2nd lesson = Bringing people in creates connection
I havent thought much about presenting myself, I have on multiple occasions forgotten to change my exercise shirt when rushing back from Nordic Walking into a meeting. But I have thought a lot about changing the appearance of my courses. I run two postgraduate courses and the masters’ dissertations on our Master in Academic Practice Programme*. And the courses are either fully blended or online only anyway. However, there are some tricky areas to navigate, such as translating object based learning into the digital realm. Or keeping the master students going while they undertake a two-semester 20 credits research course, part-time next to their usually fulltime work.
I will follow up with a couple of working out loud posts as I go along redesigning, and am almost ready to share. So yes, it made me rethink, the relationship with my students, how the course is presented, and reflect on how to translate my enthusiasm for my teaching and the topics I am teaching into the flat-world online. Particularly with the fully online course I felt I did not do this particularly well–although there was marked improvements once I was not shackled to Moodle anymore.
3rd lesson = don’t redesign activities, redesign pedagogical approaches
These were the concrete things. There are more things–messier, more difficult, more challenging. Some not yet ready to be shared. Others maybe. I read somewhere in the wild world of social media that the lockdown has highlighted people’s characteristics–the good, the bad, the ugly. I am less patient–I find–with selfishness, ignorance, anger. Normally, I try to understand everyone, if I agree or not doesn’t matter. I want to understand. Right now. My patience runs thin.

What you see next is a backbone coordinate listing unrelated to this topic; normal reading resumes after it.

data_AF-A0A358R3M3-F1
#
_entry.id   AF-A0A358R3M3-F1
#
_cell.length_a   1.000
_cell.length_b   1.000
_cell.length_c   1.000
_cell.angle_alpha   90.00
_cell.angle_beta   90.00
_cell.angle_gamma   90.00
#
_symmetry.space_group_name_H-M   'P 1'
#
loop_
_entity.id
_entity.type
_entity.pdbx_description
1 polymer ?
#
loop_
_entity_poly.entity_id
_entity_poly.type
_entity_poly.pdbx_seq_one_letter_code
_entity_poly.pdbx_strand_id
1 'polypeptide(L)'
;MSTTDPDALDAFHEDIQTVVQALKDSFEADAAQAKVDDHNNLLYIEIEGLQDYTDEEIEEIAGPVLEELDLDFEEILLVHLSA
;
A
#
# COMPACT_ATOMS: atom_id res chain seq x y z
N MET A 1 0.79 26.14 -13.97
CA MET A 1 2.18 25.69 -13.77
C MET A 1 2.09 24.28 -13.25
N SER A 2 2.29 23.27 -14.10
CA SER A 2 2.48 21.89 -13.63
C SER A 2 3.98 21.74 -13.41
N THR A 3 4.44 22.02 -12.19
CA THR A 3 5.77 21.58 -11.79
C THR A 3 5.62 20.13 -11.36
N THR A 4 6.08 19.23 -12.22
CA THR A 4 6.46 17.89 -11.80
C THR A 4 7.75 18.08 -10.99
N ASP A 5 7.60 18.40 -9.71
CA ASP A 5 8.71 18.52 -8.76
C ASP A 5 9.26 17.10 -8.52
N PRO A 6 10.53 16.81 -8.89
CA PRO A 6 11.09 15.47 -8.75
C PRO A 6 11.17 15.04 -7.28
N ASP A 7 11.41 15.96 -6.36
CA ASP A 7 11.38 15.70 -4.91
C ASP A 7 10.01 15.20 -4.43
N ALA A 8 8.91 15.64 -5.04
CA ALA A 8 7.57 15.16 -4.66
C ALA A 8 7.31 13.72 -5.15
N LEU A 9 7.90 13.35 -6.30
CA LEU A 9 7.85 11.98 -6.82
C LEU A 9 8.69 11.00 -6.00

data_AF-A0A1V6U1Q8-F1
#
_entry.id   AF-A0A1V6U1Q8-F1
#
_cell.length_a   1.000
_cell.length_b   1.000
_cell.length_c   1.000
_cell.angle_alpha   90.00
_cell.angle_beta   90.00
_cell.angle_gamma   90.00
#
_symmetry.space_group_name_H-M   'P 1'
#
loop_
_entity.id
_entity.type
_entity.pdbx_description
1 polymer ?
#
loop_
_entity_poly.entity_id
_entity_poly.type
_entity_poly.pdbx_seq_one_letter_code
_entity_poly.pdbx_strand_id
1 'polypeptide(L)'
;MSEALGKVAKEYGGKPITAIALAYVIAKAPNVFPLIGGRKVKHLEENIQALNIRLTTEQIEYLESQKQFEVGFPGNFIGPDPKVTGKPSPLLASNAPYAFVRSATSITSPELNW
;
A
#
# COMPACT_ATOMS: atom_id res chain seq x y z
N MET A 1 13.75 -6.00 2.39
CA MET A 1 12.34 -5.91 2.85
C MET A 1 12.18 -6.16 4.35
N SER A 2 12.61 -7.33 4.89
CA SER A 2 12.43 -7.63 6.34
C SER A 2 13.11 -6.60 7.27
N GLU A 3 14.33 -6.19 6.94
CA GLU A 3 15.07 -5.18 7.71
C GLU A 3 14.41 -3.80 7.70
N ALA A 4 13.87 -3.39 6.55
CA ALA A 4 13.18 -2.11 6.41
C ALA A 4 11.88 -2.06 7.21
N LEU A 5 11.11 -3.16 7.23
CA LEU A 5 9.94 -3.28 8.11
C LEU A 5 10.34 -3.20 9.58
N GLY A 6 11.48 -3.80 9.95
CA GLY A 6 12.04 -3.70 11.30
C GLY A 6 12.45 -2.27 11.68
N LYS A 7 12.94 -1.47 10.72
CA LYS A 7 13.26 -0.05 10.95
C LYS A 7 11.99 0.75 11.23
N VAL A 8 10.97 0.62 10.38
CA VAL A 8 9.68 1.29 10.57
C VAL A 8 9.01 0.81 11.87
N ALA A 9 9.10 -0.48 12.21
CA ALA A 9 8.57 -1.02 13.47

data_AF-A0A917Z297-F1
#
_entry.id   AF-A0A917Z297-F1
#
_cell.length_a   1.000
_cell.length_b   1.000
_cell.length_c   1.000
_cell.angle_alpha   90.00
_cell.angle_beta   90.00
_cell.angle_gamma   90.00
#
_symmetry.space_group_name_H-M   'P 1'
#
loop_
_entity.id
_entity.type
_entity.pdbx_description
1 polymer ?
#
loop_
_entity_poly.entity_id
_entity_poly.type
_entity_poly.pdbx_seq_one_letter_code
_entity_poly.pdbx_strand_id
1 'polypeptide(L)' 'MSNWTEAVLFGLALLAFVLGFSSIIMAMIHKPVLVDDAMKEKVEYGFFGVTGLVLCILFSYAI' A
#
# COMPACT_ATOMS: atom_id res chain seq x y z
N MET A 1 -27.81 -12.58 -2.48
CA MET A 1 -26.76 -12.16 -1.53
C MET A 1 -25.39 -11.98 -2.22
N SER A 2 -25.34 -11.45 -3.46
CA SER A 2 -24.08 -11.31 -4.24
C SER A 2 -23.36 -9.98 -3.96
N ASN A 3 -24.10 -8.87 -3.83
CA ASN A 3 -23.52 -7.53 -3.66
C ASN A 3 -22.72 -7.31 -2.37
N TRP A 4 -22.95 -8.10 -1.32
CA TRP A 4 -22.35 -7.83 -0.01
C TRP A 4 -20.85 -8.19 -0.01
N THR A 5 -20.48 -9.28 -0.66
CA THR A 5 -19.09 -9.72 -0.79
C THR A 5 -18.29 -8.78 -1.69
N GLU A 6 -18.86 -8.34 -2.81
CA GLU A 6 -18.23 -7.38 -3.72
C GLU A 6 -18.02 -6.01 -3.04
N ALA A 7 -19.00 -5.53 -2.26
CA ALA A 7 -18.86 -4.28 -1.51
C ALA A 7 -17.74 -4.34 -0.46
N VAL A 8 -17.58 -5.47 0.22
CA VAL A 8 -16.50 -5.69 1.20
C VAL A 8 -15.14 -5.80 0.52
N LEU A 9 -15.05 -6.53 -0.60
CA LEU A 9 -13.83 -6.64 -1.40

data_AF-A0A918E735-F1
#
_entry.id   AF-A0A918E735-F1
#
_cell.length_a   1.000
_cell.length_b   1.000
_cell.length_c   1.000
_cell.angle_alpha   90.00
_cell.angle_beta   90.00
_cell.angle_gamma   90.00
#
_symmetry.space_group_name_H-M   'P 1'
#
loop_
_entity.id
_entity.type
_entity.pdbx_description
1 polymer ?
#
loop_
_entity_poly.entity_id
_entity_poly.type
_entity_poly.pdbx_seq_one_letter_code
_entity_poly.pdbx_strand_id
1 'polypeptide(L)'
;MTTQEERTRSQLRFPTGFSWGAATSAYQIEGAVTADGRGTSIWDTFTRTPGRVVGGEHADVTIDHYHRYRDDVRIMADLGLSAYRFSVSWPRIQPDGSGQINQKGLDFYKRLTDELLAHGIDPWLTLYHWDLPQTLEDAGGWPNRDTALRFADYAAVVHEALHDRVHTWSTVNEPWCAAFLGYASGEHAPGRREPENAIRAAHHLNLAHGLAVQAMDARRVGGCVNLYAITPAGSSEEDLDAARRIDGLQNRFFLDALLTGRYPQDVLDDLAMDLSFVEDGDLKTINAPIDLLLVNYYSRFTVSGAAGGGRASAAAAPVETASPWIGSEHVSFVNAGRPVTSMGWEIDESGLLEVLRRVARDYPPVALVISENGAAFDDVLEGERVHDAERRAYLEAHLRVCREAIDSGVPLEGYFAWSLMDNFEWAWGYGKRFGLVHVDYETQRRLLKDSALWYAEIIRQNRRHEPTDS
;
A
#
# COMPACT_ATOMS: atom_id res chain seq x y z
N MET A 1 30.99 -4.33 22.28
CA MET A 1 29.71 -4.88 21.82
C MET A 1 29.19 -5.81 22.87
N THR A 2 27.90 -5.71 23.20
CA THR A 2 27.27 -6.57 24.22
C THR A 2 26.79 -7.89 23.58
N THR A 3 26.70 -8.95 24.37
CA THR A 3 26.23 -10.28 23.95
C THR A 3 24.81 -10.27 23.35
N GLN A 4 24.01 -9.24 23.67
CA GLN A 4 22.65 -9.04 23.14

However, there are good things amplified as well, I was told I was a fab leader–yeah! I had the most thank you emails, messages, and tweets from students–ever! So all is not lost. Most of the reflections though are half-baked, snippets of memories, thoughts, and stories. They might mature for a good while before being told.
One thing to add though–which makes me despair–when I sat out for my SoTL Walk these were the images I encountered (photos of various items of litter floating in a local biotope below). They immediately made me think cynically that today’s walk was going to be about: How not to be human. And it also made me wonder, if we cannot even stop the people in our own community to do this, how are we supposed to initiate deep rooted cultural and structural changes?
4th lesson: when you do not know where to even begin, begin with your self and take it from there
I almost forgot I wanted to finish this post with two of my favourite quotes:
“If the structure does not permit dialogue the structure must be changed”Paulo Freire
“For one human being to love another: that is perhaps the most difficult of all our tasks, the ultimate, the last test and proof, the work for which all other work is but preparation. “Rainer Maria Rilke
While the latter was written with regard to romantic relationships (mainly) I am wondering what if we treat ‘love thy neighbour’ this way? Because in the deepest darkness, where light won’t reach, love will find a way.